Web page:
The Times Online – Max Kirsten: how to give up bad habits

The Times Online - Max Kirsten: how to give up bad habits

When the world as you know it seems to be disintegrating, it’s normal to reach out for a quick comfort hit. Sadly, many of us choose distractions that give us more to worry about in the long term. Cigarettes, the extra glass of wine, the multipack of crisps, the shopping trip that we can’t afford, recreational drugs – they may offer temporary respite from our anxieties, but they won’t take them away.

I’m not a puritan. There’s nothing wrong with enjoying a glass of wine or having a day at the sales if you can afford it. But if this kind of comfort-seeking is becoming habitual and compulsive, you need to find positive strategies to deal with the challenges that you face – ones that won’t leave you with a headache, bloated with saturated fat or full of panic because you’ve just spent the mortgage payment.

I am eminently qualified to advise on this. I used to think that if I had some external help, my uncomfortable feelings would go away – and I’ve overcome many addictions, including shopping and cigarettes. This page is designed to support people who overuse coping strategies, but if smoking, overeating, drug-taking or shopping – or any other destructive habit – has become a dominant part of your life and is damaging you and those around you, seek help from an addiction specialist or support from a self-help group.

With therapy I came to understand that you can find inner resources to deal with anxiety. To do that you need to take back control, first by identifying your feelings and working out what is really going on around you, rather than focusing on what you perceive to be happening.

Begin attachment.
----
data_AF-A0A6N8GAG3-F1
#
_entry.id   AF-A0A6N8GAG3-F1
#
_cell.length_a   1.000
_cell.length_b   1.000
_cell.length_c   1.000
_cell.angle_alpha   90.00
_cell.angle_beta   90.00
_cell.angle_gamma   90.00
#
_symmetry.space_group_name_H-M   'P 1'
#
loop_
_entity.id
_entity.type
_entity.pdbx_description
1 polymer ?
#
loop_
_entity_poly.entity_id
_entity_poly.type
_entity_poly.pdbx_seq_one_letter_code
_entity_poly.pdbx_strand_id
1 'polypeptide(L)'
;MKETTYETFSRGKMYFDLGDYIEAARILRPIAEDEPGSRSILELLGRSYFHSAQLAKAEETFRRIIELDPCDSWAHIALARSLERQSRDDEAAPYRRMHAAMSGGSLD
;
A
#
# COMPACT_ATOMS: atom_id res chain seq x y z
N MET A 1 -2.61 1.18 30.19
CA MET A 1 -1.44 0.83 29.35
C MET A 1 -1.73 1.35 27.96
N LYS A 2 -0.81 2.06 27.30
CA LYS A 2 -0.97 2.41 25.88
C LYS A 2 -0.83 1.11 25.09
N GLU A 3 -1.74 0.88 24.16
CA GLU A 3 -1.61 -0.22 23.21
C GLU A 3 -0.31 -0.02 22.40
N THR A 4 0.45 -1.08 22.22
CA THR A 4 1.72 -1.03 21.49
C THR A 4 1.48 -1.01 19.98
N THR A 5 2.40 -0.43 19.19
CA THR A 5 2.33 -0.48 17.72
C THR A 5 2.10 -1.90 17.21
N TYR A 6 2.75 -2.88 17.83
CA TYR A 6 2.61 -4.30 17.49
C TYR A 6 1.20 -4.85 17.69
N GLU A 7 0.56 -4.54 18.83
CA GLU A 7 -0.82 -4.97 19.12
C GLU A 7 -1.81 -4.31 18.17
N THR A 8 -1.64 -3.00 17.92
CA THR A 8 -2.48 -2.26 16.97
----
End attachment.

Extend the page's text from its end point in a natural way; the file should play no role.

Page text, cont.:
The difficulty is that when we look within ourselves we tend to see turmoil. By using the exercises I’ve given you this week regularly – there’s another one on this page – you can dissolve negative feelings and find strength and resilience. You may not be in your comfort zone, but if you see yourself as a survivor and take small steps forward every day, you will get through this challenging period.

Once you begin to regard yourself as proactive rather than as a victim, you will start to feel more relaxed and better able to cope without resorting to an unhealthy fix. You can then begin to replace old habits with healthy ones.

Create a stress protection bubble

Take a long, deep breath and hold it for a moment. As you exhale, relax, close your eyes and focus inwards.

Remember a time and a place where you felt completely safe and secure. If you can’t, imagine such a place. See yourself cocooned there and notice the warmth, the colours, the smells, the soothing sound – and how much calmer you feel.

Then allow this memory to surround you so that it becomes transparent and spherical, as though you are standing in a bubble that contains your safe memory. It’s all around; you are protected by it. You can see out but nothing from outside can get in.

Take a deep breath in. Stretch up inside it as you hold the breath, hang on to the breath for a moment, and notice how your held breath feels good – and how releasing it calms you down. Then, as you breathe out slowly and open your eyes, notice where you really are; but that each time you half-close your eyes, you see that safety bubble around you still.

Think simple

Last year, the government think-tank Foresight published a Mental Capital and Wellbeing report, compiled by more than 400 scientists, which confirmed that simple activities such as gardening or mending a bicycle can protect mental health and help people to lead more fulfilled and productive lives.

So think simple. The next time you feel the urge to reach for an unhealthy prop, go for a walk or a swim instead, get on your bike, do some gardening, make a telephone call to a friend, cook a healthy meal, read a book, watch a favourite film (without popcorn) or listen to music that you find uplifting.

Shift your focus to something that you enjoy and that isn’t self-destructive, be active, get involved with others.